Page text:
Insulin Should Be Produced for Our Health, Not Their Profits

People with type 1 diabetes are dependent on insulin — but it doesn’t follow that we should be dependent on corporate insulin manufacturers. We need a new model of insulin manufacturing, one that puts lives before profits.

Insulin and needles used for injection. (Spencer Platt / Getty Images)

Earlier this month, Eli Lilly agreed to significantly lower the price of its most common insulin products. Last week, Novo Nordisk followed suit and announced that it will be lowering prices on four of its most popular insulin products.

It’s positive news for many diabetics, and any development that grants easier access to insulin is cause for celebration. But we shouldn’t lose sight of the whole picture. Even the reduced prices are still prohibitive for some diabetics, and the products are still far more expensive than they are in other countries. Additionally, not all diabetics use the type of insulin suddenly put on sale. These remaining shortcomings reveal the fundamental problem: for-profit companies should not have ownership, and control the pricing, of this lifesaving drug.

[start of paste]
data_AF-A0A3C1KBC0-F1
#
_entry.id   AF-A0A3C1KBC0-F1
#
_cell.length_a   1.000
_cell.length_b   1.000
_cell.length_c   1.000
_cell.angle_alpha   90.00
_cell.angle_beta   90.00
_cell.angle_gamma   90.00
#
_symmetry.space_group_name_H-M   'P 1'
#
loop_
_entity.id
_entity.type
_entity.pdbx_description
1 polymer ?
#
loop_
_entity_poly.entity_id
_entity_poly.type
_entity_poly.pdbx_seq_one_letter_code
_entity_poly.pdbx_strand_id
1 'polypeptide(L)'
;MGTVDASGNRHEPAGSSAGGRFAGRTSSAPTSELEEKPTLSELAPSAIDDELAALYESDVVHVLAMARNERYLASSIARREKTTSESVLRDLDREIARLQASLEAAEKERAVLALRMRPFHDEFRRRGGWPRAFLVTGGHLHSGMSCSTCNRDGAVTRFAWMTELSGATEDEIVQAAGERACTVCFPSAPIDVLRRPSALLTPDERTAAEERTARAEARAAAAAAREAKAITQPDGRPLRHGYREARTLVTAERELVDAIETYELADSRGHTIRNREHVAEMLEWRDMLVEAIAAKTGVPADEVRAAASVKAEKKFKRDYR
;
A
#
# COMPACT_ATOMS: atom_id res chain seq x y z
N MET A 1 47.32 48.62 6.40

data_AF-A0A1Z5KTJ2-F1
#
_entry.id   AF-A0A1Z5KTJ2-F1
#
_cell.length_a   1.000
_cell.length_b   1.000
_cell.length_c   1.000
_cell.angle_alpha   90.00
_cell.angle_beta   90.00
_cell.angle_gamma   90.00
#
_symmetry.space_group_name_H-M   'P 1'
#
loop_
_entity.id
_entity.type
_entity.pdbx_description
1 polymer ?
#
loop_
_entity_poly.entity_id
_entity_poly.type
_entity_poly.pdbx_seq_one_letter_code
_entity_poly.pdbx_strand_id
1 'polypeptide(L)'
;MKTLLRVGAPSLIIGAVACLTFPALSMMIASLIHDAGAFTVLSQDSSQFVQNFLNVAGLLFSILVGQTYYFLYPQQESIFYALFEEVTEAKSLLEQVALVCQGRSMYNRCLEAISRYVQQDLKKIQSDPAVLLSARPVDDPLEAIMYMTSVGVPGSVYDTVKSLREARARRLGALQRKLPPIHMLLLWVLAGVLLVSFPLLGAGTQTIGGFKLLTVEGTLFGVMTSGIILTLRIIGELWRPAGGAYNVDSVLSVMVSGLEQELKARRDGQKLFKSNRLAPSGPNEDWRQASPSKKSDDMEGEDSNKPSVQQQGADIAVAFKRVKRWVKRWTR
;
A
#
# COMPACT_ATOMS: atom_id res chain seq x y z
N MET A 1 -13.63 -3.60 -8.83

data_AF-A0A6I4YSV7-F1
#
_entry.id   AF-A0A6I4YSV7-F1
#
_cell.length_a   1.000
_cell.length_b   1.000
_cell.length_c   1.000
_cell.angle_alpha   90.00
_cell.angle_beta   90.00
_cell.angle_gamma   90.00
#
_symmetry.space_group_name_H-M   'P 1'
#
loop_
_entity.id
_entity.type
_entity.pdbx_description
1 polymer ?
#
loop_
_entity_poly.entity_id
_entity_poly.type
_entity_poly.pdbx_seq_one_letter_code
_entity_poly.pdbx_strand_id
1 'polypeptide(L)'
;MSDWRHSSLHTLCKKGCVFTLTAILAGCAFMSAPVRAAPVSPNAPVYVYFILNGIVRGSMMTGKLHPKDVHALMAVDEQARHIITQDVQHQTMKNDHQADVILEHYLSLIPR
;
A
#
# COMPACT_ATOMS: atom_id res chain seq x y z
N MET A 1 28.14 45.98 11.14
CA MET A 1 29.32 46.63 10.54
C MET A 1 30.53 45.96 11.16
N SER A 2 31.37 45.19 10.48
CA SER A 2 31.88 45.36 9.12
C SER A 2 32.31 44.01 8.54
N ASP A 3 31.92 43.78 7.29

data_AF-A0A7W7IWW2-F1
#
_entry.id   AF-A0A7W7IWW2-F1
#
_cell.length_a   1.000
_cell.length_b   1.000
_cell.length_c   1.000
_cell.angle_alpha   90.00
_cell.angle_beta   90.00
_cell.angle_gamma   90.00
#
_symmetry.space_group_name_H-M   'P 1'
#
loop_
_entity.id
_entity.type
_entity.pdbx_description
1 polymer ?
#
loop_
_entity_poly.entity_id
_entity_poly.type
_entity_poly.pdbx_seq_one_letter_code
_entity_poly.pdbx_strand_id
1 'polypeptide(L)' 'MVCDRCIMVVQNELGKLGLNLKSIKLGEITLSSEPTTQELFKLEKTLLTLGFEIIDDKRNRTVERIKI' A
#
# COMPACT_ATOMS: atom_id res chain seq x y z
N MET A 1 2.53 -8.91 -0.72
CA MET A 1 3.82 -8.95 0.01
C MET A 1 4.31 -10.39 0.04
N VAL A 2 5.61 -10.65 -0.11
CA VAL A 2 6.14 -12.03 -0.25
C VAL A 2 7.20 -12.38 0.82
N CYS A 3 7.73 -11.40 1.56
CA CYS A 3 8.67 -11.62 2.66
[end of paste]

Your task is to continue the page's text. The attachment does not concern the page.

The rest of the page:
The moves by Eli Lilly and Novo Nordisk are not spontaneous acts of willing generosity. They’re a concession to activists who’ve waged a yearslong campaign to publicize the truth about the United States’ insulin problem. The situation is so bad that diabetics have resorted to rationing insulin and buying it on the black market. Six states, most recently California, are suing the three drug companies that dominate the market over the illegal practices that overcharge patients for insulin. Meanwhile, the insulin cap provisions in the recent Inflation Reduction Act are barely a Band-Aid on the out-of-control problem.

Most people think that the high price of insulin is explained by research and development costs. This claim has been resoundingly debunked. The motivation for high prices is profit for the major pharmaceutical companies that manufacture the drug. Meanwhile, as reported in Jacobin, patient advocacy groups like the American Diabetes Association and JDRF are alarmingly compromised by their connection to profit-motivated companies, and representatives in government use our concerns as little more than a political football.